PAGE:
Outrage over ‘disgraceful’ protests at Shrine of Remembrance

Outrage has erupted after more than 400 protesters hijacked Melbourne's Shrine of Remembrance in a demonstration condemned as "disgraceful" by leaders and defence veterans.

Melbourne remains a city on the edge this morning with protesters planning to take to the streets for a fourth day.

Freedom protesters yesterday took their day three fight to scrap mandatory COVID-19 vaccinations for the construction industry to the war memorial yesterday afternoon, chanting "sacred ground" and "lest we forget".

READ MORE: Victoria Police granted 'no fly zone' over Melbourne's CBD

Dean Lee says he's deeply attached to the Shrine as his father, great grandfather and  brother-in-law have served in the Defence Force.

Shrine of Remembrance CEO Dean Lee told Today the disgraceful behaviour was difficult to watch, admitting he got "a bit emotional".

"To have the Shrine desecrated and disrespected in that way was very, very troubling," he said.

"My primary concern was would there be any damage to this memorial which has stood here for 86 years as a representation of the generations of service and sacrifice of Australian men and women."

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Police gave protesters four hours to leave peacefully, but after they refused to move the riot squad swooped in, firing rubber bullets and dispensing tear gas to disperse the crowd.

READ MORE: Third day of Melbourne protests – as it happened

Two police officers were injured as protesters threw projectiles, including golf balls, bottles and batteries at members.

Victoria Police arrested 215 protesters yesterday and they will be all hit with $5500 fines for breaching the Chief Health Officer's health orders.

Mr Lee said he was "appalled" the protesters desecrated such a meaningful and important state monument that paid tribute to war veterans and heroes.

READ MORE: Police slam 'cowards' involved in Melbourne protest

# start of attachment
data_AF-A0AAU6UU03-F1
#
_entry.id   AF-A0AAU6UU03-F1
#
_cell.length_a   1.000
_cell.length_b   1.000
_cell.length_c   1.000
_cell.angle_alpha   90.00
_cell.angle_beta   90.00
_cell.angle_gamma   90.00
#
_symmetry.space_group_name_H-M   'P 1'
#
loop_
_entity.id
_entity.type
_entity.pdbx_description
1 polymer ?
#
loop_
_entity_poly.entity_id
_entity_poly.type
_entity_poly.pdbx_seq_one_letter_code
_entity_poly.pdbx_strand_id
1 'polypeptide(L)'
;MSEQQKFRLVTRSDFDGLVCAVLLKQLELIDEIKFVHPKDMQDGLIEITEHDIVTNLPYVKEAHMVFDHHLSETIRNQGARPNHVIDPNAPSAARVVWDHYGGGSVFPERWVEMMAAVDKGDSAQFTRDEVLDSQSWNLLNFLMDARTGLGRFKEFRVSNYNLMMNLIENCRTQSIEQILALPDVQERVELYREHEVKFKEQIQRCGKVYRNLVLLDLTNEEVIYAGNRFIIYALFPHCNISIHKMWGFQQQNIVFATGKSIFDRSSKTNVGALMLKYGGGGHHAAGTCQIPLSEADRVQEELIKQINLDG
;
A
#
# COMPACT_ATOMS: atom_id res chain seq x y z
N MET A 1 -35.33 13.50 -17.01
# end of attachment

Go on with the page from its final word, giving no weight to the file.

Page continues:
"I saw it as entirely selfish and disrespectful to the honoured memory of what our Australian men and women have done in the Defence Force," he said.

"There was broken glass, there was rubbish, there was urination, there were beer cans, it was just everything that this place does not represent and should not be.

"I understand the community is troubled and that we're all facing challenges, but this is not the place you come to pursue or express your discontent."

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Speaking from Washington DC, Prime Minister Scott Morrison said anyone who protested at the Shrine should be "ashamed" of themselves.

"I think that the scenes were disgraceful and the conduct was disgraceful," he said.

"This is a sacred place. It is not a place of protest.

"It was disrespectful and it dishonoured those Australians who have made that sacrifice and I would hope any and all who were in that should be ashamed."

CFMEU members and other people angry about mandatory vaccinations and lockdowns form a protest at the Shrine of Remembrance.

Senator Jacqui Lambie also blasted the protesters for disrespecting the memorial.

"Blood, sweat and tears is the reason that you have your freedoms because all those people fought for this country," she said.

"To have that and to stand up there and say, "lest we forget," I'm telling you, we're not forgetting your performance."

The CFMEU released a statement today condemning the "mob occupation" of the Shrine to protest against vaccination.

"The Shrine commemorates those who served their country in armed conflict and at war," the statement read.

https://twitter.com/CFMEU_CG/status/1440817143478587393

"These actions are not supported by the vast majority of union members in the construction industry nor the Australian community.

"Those who occupied the Shrine should be ashamed of themselves.

"They should reflect on the sacrifices of others and cease these mindless and destructive mob actions."

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